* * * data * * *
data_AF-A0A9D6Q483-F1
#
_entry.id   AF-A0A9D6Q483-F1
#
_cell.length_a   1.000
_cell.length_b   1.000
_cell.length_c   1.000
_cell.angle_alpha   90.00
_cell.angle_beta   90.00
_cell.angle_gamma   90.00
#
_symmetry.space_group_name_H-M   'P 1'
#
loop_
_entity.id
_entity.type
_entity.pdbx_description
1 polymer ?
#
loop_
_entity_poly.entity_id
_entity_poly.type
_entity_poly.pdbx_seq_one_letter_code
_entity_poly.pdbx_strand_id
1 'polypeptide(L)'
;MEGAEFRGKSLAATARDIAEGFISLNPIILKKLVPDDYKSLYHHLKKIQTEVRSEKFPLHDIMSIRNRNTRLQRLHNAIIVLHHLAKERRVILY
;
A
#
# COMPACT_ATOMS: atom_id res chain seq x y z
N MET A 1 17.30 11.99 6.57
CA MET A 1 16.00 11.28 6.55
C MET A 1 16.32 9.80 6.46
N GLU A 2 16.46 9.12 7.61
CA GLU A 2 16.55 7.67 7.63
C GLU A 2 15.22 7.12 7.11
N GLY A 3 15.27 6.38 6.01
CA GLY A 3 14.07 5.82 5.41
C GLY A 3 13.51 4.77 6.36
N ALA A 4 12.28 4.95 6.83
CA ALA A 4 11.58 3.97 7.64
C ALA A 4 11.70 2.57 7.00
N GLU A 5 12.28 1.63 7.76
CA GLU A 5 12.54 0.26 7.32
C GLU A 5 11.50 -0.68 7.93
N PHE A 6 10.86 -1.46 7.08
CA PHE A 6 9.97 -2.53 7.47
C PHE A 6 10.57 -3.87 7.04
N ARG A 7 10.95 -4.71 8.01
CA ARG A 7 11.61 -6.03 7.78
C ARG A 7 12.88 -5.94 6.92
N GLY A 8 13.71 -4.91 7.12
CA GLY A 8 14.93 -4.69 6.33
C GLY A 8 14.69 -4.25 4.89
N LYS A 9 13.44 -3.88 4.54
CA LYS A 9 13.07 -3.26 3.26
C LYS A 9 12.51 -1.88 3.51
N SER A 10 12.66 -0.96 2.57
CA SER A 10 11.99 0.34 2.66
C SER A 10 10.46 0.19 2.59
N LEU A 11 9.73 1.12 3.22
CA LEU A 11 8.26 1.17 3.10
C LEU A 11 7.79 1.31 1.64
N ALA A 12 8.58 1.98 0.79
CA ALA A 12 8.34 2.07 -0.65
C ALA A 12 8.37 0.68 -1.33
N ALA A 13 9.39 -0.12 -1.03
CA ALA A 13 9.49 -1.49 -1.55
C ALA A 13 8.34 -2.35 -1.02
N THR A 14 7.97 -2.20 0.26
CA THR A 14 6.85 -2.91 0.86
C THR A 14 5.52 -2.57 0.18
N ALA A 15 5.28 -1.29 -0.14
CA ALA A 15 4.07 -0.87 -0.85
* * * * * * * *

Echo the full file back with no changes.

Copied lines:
data_AF-A0A9D6Q483-F1
#
_entry.id   AF-A0A9D6Q483-F1
#
_cell.length_a   1.000
_cell.length_b   1.000
_cell.length_c   1.000
_cell.angle_alpha   90.00
_cell.angle_beta   90.00
_cell.angle_gamma   90.00
#
_symmetry.space_group_name_H-M   'P 1'
#
loop_
_entity.id
_entity.type
_entity.pdbx_description
1 polymer ?
#
loop_
_entity_poly.entity_id
_entity_poly.type
_entity_poly.pdbx_seq_one_letter_code
_entity_poly.pdbx_strand_id
1 'polypeptide(L)'
;MEGAEFRGKSLAATARDIAEGFISLNPIILKKLVPDDYKSLYHHLKKIQTEVRSEKFPLHDIMSIRNRNTRLQRLHNAIIVLHHLAKERRVILY
;
A
#
# COMPACT_ATOMS: atom_id res chain seq x y z
N MET A 1 17.30 11.99 6.57
CA MET A 1 16.00 11.28 6.55
C MET A 1 16.32 9.80 6.46
N GLU A 2 16.46 9.12 7.61
CA GLU A 2 16.55 7.67 7.63
C GLU A 2 15.22 7.12 7.11
N GLY A 3 15.27 6.38 6.01
CA GLY A 3 14.07 5.82 5.41
C GLY A 3 13.51 4.77 6.36
N ALA A 4 12.28 4.95 6.83
CA ALA A 4 11.58 3.97 7.64
C ALA A 4 11.70 2.57 7.00
N GLU A 5 12.28 1.63 7.76
CA GLU A 5 12.54 0.26 7.32
C GLU A 5 11.50 -0.68 7.93
N PHE A 6 10.86 -1.46 7.08
CA PHE A 6 9.97 -2.53 7.47
C PHE A 6 10.57 -3.87 7.04
N ARG A 7 10.95 -4.71 8.01
CA ARG A 7 11.61 -6.03 7.78
C ARG A 7 12.88 -5.94 6.92
N GLY A 8 13.71 -4.91 7.12
CA GLY A 8 14.93 -4.69 6.33
C GLY A 8 14.69 -4.25 4.89
N LYS A 9 13.44 -3.88 4.54
CA LYS A 9 13.07 -3.26 3.26
C LYS A 9 12.51 -1.88 3.51
N SER A 10 12.66 -0.96 2.57
CA SER A 10 11.99 0.34 2.66
C SER A 10 10.46 0.19 2.59
N LEU A 11 9.73 1.12 3.22
CA LEU A 11 8.26 1.17 3.10
C LEU A 11 7.79 1.31 1.64
N ALA A 12 8.58 1.98 0.79
CA ALA A 12 8.34 2.07 -0.65
C ALA A 12 8.37 0.68 -1.33
N ALA A 13 9.39 -0.12 -1.03
CA ALA A 13 9.49 -1.49 -1.55
C ALA A 13 8.34 -2.35 -1.02
N THR A 14 7.97 -2.20 0.26
CA THR A 14 6.85 -2.91 0.86
C THR A 14 5.52 -2.57 0.18
N ALA A 15 5.28 -1.29 -0.14
CA ALA A 15 4.07 -0.87 -0.85